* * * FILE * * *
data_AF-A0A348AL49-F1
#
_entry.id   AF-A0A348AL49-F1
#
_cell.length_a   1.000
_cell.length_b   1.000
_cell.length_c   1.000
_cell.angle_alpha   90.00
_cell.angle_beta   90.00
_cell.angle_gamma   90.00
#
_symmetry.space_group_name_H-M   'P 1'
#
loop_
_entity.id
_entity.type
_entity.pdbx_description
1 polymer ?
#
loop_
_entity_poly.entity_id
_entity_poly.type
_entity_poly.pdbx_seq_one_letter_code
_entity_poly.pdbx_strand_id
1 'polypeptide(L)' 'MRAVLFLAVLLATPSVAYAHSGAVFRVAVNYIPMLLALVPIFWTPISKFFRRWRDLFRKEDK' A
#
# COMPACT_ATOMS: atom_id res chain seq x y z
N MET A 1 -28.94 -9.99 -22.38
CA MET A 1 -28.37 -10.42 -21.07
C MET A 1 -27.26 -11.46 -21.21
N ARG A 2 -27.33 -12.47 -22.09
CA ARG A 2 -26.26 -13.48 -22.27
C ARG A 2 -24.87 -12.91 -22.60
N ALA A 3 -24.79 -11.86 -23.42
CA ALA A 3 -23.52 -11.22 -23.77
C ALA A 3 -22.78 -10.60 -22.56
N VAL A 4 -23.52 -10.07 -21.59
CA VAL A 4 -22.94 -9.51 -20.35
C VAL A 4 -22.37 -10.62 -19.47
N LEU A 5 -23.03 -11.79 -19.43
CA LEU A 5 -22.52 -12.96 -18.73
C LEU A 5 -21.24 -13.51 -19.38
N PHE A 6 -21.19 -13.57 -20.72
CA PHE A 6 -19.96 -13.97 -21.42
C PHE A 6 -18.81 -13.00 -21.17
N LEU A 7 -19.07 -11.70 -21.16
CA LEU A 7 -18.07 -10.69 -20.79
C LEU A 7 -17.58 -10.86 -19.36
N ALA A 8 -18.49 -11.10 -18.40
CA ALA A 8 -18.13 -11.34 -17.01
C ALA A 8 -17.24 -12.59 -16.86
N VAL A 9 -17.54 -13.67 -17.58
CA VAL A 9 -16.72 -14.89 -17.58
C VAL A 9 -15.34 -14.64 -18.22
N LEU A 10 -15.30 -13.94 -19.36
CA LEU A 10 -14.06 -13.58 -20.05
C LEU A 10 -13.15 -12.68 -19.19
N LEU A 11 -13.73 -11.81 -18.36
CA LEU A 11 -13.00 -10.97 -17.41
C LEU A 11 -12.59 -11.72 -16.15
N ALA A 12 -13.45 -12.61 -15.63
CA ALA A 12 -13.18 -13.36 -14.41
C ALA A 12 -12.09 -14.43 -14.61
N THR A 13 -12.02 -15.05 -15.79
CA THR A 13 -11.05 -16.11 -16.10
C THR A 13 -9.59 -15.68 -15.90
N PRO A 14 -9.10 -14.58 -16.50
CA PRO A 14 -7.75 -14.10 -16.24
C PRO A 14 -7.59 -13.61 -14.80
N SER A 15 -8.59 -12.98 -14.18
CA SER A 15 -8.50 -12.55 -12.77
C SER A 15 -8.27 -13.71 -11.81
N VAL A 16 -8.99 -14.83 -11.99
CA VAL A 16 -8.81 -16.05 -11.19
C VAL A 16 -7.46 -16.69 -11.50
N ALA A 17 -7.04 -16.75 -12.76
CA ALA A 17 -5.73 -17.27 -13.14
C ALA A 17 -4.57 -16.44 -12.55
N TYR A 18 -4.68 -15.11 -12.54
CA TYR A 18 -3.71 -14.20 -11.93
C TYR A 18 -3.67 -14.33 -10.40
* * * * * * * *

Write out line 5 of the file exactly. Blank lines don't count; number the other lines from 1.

_cell.length_a   1.000